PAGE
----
Image Courtesy The Mac Observer
Blockchain is proving to be more and more acceptable by the day in many economies around the globe. But with the tech’s main agenda being to bring up “independent currencies”, the existence of scammers and fraudsters is almost, if not inevitable.
Millions of people who have chosen to invest in blockchain have fallen victim to cryptocurrency scams losing massive sums of real money. Last year, losses from cryptocurrency-related crimes globally amounted to US$1.7 billion. let’s not forget the examples of cases that have emerged in Africa including Kenya and South Africa.
But what you can actually tell to be common with all these incidents is that many fraudsters rely on tried-and-tested Ponzi schemes that use the income from new participants to pay out returns to earlier investors.
Others who are savvier with blockchain tech may go for highly automated and complex processes that simply involve hacking through various platforms like Telegram. Even when a cryptocurrency plan is legitimate, fraudsters can still find a way to manipulate the currency’s value and the users eventually.
But all in all, one question remains; how do unsuspecting investors get attracted to cryptocurrency frauds in the first place?
This could be the most common method that crypto scammers tend to use. They do appeal to many investors by going for their greed, promising big returns for their investments that turn out to be nothing.
We would take the example of the Ponzi scheme that blew up in South Africa. Knowing that they were investing through bitcoin for some overnight returns, the locals had the scam blow up in their faces when the so-called “entrepreneur” just ran off with the victims’ money.
If you maybe look at the background, the locals probably never knew what they were getting themselves into. But with the sweet words “bitcoin” and “returns” thrown around, they most probably just signed up for it without thinking twice about it.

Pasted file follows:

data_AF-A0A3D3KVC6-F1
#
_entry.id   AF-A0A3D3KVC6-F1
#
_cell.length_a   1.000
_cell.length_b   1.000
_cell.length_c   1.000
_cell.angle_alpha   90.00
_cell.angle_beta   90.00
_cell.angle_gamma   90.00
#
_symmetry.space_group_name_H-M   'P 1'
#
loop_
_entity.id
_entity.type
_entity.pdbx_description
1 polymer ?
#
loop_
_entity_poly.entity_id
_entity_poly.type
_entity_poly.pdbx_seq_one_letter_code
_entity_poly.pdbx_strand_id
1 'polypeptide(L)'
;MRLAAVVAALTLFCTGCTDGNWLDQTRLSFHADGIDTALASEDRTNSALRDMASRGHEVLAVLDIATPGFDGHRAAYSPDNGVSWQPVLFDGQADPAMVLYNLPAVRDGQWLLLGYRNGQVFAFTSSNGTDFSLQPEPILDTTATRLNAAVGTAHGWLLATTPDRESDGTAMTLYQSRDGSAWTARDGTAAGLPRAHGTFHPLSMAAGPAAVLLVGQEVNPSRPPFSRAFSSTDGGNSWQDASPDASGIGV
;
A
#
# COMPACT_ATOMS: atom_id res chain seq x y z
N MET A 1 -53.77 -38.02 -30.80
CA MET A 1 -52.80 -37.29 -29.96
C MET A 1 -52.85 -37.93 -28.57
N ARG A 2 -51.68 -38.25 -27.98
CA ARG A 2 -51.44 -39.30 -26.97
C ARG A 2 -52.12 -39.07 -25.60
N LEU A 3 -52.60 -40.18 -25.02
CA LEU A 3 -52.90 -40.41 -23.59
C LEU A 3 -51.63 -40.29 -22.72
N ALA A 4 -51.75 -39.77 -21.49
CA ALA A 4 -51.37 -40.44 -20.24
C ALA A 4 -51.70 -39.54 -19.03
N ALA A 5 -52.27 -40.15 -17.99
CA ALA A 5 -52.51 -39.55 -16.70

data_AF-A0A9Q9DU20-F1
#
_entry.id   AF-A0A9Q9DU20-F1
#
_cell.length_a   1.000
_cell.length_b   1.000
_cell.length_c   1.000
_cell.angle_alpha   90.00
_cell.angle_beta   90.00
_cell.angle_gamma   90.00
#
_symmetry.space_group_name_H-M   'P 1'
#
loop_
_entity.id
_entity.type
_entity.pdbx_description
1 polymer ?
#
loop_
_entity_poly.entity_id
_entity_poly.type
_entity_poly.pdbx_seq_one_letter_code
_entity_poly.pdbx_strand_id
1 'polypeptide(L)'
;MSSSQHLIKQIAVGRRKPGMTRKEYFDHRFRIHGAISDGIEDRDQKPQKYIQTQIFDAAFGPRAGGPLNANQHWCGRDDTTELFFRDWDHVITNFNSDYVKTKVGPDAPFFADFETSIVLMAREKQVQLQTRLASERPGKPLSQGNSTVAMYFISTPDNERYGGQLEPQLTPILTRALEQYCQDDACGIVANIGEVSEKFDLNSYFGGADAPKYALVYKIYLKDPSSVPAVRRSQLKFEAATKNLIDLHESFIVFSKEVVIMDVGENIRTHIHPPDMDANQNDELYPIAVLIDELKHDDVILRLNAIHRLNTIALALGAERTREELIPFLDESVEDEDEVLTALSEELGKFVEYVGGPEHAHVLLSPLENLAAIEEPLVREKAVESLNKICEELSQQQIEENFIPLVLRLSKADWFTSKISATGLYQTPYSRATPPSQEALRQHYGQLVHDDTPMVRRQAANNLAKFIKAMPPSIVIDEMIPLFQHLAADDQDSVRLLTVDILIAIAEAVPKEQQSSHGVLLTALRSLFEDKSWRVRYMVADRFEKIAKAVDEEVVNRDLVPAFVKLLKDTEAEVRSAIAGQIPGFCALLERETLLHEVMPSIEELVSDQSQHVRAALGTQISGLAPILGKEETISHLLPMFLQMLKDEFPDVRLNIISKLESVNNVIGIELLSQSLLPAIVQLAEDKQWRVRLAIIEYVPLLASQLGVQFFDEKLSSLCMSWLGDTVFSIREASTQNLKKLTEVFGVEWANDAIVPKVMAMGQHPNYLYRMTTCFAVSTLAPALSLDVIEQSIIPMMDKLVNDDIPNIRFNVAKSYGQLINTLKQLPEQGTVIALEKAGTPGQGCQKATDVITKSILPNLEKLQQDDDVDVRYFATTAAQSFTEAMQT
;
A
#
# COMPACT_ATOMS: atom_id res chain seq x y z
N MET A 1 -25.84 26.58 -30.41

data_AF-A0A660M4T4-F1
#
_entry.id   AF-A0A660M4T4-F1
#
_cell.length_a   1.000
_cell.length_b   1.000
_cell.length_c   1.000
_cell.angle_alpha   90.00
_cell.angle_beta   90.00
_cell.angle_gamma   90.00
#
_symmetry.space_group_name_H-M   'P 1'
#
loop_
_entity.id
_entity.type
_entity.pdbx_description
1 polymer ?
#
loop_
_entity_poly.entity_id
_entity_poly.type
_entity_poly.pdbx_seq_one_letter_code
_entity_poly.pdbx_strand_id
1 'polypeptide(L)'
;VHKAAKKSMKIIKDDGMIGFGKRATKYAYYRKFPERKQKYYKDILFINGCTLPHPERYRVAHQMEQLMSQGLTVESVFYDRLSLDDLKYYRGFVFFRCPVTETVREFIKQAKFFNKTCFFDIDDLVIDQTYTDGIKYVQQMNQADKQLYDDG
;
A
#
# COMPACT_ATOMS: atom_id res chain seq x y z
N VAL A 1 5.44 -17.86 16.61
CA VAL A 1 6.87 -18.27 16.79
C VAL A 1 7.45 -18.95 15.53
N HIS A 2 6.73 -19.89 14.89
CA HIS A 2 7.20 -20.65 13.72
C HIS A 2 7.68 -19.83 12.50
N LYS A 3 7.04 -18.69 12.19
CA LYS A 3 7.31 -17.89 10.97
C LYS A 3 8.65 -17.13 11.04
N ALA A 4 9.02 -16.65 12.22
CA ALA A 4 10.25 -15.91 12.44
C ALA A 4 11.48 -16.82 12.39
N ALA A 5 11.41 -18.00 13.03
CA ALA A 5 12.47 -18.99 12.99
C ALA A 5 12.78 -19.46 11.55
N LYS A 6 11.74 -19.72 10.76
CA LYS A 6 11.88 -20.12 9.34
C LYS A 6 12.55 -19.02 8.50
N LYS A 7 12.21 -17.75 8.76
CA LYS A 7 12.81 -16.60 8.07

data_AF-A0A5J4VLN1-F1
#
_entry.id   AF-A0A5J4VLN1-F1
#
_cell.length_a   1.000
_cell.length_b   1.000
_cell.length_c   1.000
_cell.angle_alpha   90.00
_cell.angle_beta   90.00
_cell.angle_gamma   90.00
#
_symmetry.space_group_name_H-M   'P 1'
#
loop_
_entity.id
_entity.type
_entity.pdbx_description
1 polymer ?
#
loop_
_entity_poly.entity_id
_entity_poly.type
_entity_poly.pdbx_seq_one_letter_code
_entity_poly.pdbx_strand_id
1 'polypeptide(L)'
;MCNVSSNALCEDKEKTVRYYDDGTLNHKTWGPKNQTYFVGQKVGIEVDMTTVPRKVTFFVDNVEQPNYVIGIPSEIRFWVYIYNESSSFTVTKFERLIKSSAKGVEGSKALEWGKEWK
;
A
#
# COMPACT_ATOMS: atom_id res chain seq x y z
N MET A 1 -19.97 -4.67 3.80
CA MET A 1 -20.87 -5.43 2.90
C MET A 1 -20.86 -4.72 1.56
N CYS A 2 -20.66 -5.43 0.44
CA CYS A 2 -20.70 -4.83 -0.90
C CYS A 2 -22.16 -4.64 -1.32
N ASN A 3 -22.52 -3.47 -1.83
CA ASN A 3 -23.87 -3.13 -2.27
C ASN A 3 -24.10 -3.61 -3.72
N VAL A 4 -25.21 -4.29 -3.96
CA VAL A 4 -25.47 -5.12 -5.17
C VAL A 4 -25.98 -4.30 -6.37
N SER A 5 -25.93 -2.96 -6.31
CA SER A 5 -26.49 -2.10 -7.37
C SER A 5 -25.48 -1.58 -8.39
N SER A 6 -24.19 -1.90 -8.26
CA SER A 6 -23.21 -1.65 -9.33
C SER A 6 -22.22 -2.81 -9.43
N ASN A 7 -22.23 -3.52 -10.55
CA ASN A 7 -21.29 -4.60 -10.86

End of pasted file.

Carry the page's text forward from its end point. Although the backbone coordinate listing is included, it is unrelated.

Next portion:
Other scammers tend to go for straight-up deception. This involves some going up to potential investors in the name of a totally non-existent cryptocurrency.
Others are based on impressing potential victims with jargon or claims of specialized knowledge. This is sometimes done by taking advantage of the frequent price fluctuations of various cryptocurrencies. They buy their own assets cheaply only to sell them to investors at crazily high prices.
Some scammers actually choose to stay for a while for their companies to be known about by the public. But to do that they tend to influence as many people as possible into thinking that their operations are actually legit. This is maybe through making themselves into sort of “celebrities” labelling themselves as “cryptocurrency gurus”.
Others even use actual celebrities through some clever edits in their campaign videos, for example, so people may actually be drawn to them. After all, if you want people’s attention, why not use famous celebs? All you’ve got to do is just be attentive to details other than just the superficial endorsements that may turn out to be absolute shams. An example is this. Dwayne “The Rock” Johnson had nothing to do with this endorsement.
In an environment like the current cryptocurrency market, potential investors should be very careful to research what they’re putting their money into and be sure to find out who is involved as well as what the actual plan is for making real money – without defrauding others.